A woman in rural Papua New Guinea was bound and gagged, tied to a log and set ablaze on a pile of tires this week, possibly because villagers suspected her of being a witch, police said Thursday.
Her death adds to a growing list of men and women who have been accused of sorcery and then tortured or killed in the South Pacific island nation, where traditional beliefs hold sway in many regions.
The victims are often scapegoats for someone else's unexplained death, and bands of tribesmen collude to mete out justice to them for their supposed magical powers, police said.
Emory University anthropology professor Bruce Knauft, who lived in a village in the western province of Papua New Guinea in the early 1980s, traced family histories for 42 years and found that one in three adult deaths were homicides -- "the bulk of these being collective killings of suspected sorcerers," he wrote in his book, "From Primitive to Postcolonial in Melanesia and Anthropology."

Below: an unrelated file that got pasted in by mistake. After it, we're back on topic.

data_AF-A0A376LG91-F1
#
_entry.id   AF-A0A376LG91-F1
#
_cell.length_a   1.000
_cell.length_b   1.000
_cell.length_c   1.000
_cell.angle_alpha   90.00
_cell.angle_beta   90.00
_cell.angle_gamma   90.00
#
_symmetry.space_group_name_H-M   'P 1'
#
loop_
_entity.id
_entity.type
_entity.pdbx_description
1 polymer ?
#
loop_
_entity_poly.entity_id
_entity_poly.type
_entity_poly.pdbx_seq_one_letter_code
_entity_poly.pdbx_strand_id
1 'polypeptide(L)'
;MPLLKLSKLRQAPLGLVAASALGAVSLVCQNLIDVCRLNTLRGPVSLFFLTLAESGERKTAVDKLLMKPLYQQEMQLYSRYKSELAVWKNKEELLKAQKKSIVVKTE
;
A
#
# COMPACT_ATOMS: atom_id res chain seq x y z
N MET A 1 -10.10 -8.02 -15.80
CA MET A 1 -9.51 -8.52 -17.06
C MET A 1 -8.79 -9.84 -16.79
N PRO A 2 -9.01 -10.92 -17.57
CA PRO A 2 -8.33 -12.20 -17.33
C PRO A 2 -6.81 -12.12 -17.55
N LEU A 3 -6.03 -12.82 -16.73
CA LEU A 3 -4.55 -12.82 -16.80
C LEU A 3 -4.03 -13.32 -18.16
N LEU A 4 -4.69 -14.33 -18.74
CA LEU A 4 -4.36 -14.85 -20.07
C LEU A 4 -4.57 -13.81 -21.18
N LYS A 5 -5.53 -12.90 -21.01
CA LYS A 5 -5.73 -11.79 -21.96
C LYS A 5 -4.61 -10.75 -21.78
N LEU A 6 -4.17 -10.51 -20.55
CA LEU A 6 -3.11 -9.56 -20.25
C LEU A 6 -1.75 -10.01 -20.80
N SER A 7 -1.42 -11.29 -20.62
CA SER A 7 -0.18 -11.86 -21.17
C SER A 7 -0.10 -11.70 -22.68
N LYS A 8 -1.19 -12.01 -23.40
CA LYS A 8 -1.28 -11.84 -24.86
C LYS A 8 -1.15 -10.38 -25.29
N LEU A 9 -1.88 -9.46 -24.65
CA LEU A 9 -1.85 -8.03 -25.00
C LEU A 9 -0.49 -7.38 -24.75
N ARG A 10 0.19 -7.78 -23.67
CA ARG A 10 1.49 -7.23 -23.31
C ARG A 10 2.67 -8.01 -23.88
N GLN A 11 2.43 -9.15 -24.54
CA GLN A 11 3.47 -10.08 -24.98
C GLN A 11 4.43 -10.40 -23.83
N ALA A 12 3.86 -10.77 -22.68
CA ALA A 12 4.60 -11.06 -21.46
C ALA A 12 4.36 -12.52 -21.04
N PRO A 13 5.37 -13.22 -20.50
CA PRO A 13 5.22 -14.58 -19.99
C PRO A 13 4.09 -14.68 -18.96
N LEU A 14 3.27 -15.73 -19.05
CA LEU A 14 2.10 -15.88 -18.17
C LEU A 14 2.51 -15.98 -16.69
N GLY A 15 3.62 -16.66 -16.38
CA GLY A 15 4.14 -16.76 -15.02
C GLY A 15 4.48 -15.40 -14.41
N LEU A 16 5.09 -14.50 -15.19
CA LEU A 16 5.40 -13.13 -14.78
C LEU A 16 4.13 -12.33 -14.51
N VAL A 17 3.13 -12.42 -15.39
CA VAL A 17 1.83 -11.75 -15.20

In recent years, as AIDS has taken a toll in the nation of 6.7 million people, villagers have blamed suspected witches -- and not the virus -- for the deaths.
According to the United Nations, Papua New Guinea accounts for 90 percent of the Pacific region's HIV cases and is one of four Asia-Pacific countries with an epidemic.
"We've had a number of cases where people were killed because they were accused of spreading HIV or AIDS," Kauba said.
While there is plenty of speculation why Tuesday's victim was killed, police said they are focused more on who committed the crime.
"If it is phobias about alleged HIV/AIDS or claims of a sexual affair, we must urge the police and judiciary to throw the book at the offenders," the Post-Courier wrote in an editorial.
"There are remedies far, far better than to torture and immolate a young woman before she can be judged by a lawful system.